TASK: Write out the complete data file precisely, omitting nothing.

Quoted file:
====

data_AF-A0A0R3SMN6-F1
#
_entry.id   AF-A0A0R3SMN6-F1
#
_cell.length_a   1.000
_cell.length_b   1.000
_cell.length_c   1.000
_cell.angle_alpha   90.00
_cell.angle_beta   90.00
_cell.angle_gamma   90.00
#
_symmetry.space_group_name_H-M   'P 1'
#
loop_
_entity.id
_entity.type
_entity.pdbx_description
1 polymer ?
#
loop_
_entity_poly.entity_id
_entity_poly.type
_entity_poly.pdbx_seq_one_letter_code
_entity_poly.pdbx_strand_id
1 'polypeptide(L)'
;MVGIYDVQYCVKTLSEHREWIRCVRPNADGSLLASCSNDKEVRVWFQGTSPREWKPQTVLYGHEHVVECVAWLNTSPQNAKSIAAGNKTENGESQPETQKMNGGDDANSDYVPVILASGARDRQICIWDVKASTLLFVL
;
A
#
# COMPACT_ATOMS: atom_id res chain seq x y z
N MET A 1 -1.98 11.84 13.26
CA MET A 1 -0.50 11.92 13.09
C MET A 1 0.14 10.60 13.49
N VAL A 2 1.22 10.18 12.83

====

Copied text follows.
data_AF-A0A0R3SMN6-F1
#
_entry.id   AF-A0A0R3SMN6-F1
#
_cell.length_a   1.000
_cell.length_b   1.000
_cell.length_c   1.000
_cell.angle_alpha   90.00
_cell.angle_beta   90.00
_cell.angle_gamma   90.00
#
_symmetry.space_group_name_H-M   'P 1'
#
loop_
_entity.id
_entity.type
_entity.pdbx_description
1 polymer ?
#
loop_
_entity_poly.entity_id
_entity_poly.type
_entity_poly.pdbx_seq_one_letter_code
_entity_poly.pdbx_strand_id
1 'polypeptide(L)'
;MVGIYDVQYCVKTLSEHREWIRCVRPNADGSLLASCSNDKEVRVWFQGTSPREWKPQTVLYGHEHVVECVAWLNTSPQNAKSIAAGNKTENGESQPETQKMNGGDDANSDYVPVILASGARDRQICIWDVKASTLLFVL
;
A
#
# COMPACT_ATOMS: atom_id res chain seq x y z
N MET A 1 -1.98 11.84 13.26
CA MET A 1 -0.50 11.92 13.09
C MET A 1 0.14 10.60 13.49
N VAL A 2 1.22 10.18 12.83